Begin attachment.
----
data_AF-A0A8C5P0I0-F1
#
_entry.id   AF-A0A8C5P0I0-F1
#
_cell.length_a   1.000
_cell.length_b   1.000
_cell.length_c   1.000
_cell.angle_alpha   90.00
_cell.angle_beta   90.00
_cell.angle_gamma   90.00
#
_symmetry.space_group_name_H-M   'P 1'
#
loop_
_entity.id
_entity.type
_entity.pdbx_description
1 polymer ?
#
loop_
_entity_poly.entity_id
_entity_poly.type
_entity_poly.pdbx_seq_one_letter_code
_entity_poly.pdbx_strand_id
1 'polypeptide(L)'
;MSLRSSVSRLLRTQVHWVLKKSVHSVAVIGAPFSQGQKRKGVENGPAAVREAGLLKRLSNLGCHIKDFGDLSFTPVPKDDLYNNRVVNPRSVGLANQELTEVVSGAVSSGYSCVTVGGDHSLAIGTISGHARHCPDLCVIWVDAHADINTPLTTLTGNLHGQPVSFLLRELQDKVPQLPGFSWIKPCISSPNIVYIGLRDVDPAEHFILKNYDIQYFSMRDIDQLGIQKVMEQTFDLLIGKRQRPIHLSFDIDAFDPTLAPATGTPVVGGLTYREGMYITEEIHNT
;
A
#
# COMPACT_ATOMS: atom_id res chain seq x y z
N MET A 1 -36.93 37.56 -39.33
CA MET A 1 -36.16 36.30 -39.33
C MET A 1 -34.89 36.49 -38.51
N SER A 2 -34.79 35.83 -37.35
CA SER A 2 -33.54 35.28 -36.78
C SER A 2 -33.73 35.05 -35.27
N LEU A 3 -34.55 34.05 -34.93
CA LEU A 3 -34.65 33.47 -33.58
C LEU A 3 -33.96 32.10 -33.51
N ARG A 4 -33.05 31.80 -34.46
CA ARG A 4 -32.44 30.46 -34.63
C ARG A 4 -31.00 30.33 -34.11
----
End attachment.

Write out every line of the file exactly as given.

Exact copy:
data_AF-A0A8C5P0I0-F1
#
_entry.id   AF-A0A8C5P0I0-F1
#
_cell.length_a   1.000
_cell.length_b   1.000
_cell.length_c   1.000
_cell.angle_alpha   90.00
_cell.angle_beta   90.00
_cell.angle_gamma   90.00
#
_symmetry.space_group_name_H-M   'P 1'
#
loop_
_entity.id
_entity.type
_entity.pdbx_description
1 polymer ?
#
loop_
_entity_poly.entity_id
_entity_poly.type
_entity_poly.pdbx_seq_one_letter_code
_entity_poly.pdbx_strand_id
1 'polypeptide(L)'
;MSLRSSVSRLLRTQVHWVLKKSVHSVAVIGAPFSQGQKRKGVENGPAAVREAGLLKRLSNLGCHIKDFGDLSFTPVPKDDLYNNRVVNPRSVGLANQELTEVVSGAVSSGYSCVTVGGDHSLAIGTISGHARHCPDLCVIWVDAHADINTPLTTLTGNLHGQPVSFLLRELQDKVPQLPGFSWIKPCISSPNIVYIGLRDVDPAEHFILKNYDIQYFSMRDIDQLGIQKVMEQTFDLLIGKRQRPIHLSFDIDAFDPTLAPATGTPVVGGLTYREGMYITEEIHNT
;
A
#
# COMPACT_ATOMS: atom_id res chain seq x y z
N MET A 1 -36.93 37.56 -39.33
CA MET A 1 -36.16 36.30 -39.33
C MET A 1 -34.89 36.49 -38.51
N SER A 2 -34.79 35.83 -37.35
CA SER A 2 -33.54 35.28 -36.78
C SER A 2 -33.73 35.05 -35.27
N LEU A 3 -34.55 34.05 -34.93
CA LEU A 3 -34.65 33.47 -33.58
C LEU A 3 -33.96 32.10 -33.51
N ARG A 4 -33.05 31.80 -34.46
CA ARG A 4 -32.44 30.46 -34.63
C ARG A 4 -31.00 30.33 -34.11